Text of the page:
When mentioned to new parents, the word “routine” often conjures up images of clock watching, only feeding a baby when the book tells you to, leaving a baby to cry and putting a baby to bed when perhaps you feel they are not ready for sleep. You may also have read more than one baby book, which often contain conflicting advice.Whilst all these books have excellent tips and advice about the care of babies, none of these books arespecifically about your baby or your family lifestyle.
As adults, we all have some structure to our day – usually waking at the same time in the morning, leaving for work and when we eat. Once we become parents, it is this daily structure that we should consider when thinking about routines for the newest member of our family, as ultimately it is good to have a baby whose routine fits in with your family rather than a family having to fit in around a routine.
Not only can it help parents knowing what “might” be happening next and how to preempt the needs of their baby, but it can also help the baby, as they too will begin to know “what might be happening next” for example, if you give your baby a bath every night as part of their bedtime routine, your baby will begin to realise that after their bath, they are likely to get a feed before bedtime, creating a reassuring feeling.
At the beginning the simplest advice I can give you is to maximize the number of feeds you offer your baby during the day. Ideally try feeding your baby at least every three hours. They may well wake for a feed sooner and that is absolutely normal. If your baby seems agitated less than three hours before their last feed, it may be worth considering whether your baby might be something other than hungry eg tired, in need of a cuddle or just wanting to spend some time looking around their new home!
Often, when we first become parents we are so desperate to never let our baby become upset we automaticallyoffer a feed every time they cry or become unsettled. This can often lead to a Catch-22 situation where the baby is never hungry enough to have a proper feed, which subsequently means they are never full enough to have a proper sleep, which in turn causes them to not have enough energy to take a proper feed, and so the cycle continues.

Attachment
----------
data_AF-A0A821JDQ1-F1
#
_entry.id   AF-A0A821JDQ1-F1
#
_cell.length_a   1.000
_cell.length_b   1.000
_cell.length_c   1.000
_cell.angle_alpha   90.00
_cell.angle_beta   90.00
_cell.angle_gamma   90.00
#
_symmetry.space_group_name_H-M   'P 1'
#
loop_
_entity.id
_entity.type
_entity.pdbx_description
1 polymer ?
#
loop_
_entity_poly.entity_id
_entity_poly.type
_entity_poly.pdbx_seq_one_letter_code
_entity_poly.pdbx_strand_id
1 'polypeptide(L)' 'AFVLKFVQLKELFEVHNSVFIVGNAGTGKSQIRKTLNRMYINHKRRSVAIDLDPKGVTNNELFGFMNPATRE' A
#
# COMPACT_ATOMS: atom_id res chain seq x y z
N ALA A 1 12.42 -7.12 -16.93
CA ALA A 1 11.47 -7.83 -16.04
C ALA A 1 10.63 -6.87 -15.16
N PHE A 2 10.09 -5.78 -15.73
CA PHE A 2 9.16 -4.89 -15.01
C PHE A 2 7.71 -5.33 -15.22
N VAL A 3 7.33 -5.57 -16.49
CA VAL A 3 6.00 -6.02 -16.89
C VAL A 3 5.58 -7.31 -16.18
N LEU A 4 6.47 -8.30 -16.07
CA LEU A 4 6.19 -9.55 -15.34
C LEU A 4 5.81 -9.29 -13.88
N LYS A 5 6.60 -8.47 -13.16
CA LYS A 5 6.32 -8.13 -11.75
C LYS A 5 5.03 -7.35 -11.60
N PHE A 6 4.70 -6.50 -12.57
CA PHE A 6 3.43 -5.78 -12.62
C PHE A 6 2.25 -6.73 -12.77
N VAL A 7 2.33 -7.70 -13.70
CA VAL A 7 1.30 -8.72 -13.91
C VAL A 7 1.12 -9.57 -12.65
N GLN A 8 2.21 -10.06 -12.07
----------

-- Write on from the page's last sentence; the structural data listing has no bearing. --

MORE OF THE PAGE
Another great option is to go out for a walk. Babies nearly always sleep once wrapped up and snuggled in their pram. By gently offering an alternative to a feed, your baby will be likely to feed better, whether breast or bottlefed, at their next feed. However, if you feel that your baby is hungry before the next feed is due, you must feed your baby.
By simply maximising the number of feeds your baby has during the day, you are automatically differentiating day from night, making daytime the “active” part of your baby’s day. I also recommend that daytime feeds are in bright rooms, with lots of natural light, and that night time feeds are calm and quiet, in a dimly lit room, preferably the room in which the baby sleeps. Introducing a bath in the evening is also a great way of encouraging a calming bedtime routine, however I would not recommend bathing a hungry baby as they are likely to become very distressed. It is better to offer half a feed then bath the baby, after which you can then offer the other half of the feed.
Not only is it important to consider your baby’s needs during the day, but it is also vitally important to consider your needs. It is only natural that you will be keen to introduce your friends and family to the newest member of your family, but be careful not to overdo it.
Visitors can be terribly helpful, especially the ones who come clutching meals and offer to care for your baby whilst you have a shower or a rest, but they can also be extremely exhausting if they stay too long or expect to be waited on! Do not be afraid of giving friends set times to visit, that suit you and your baby ie “please do come at 10.30 for an hour, as at 11.30 I will need to feed”. Also limit your visitors to perhaps one every other day, to give you, your partner and your baby enough time to bond, rest and recover from birth.
©Sarah Wheeler 1st May 2014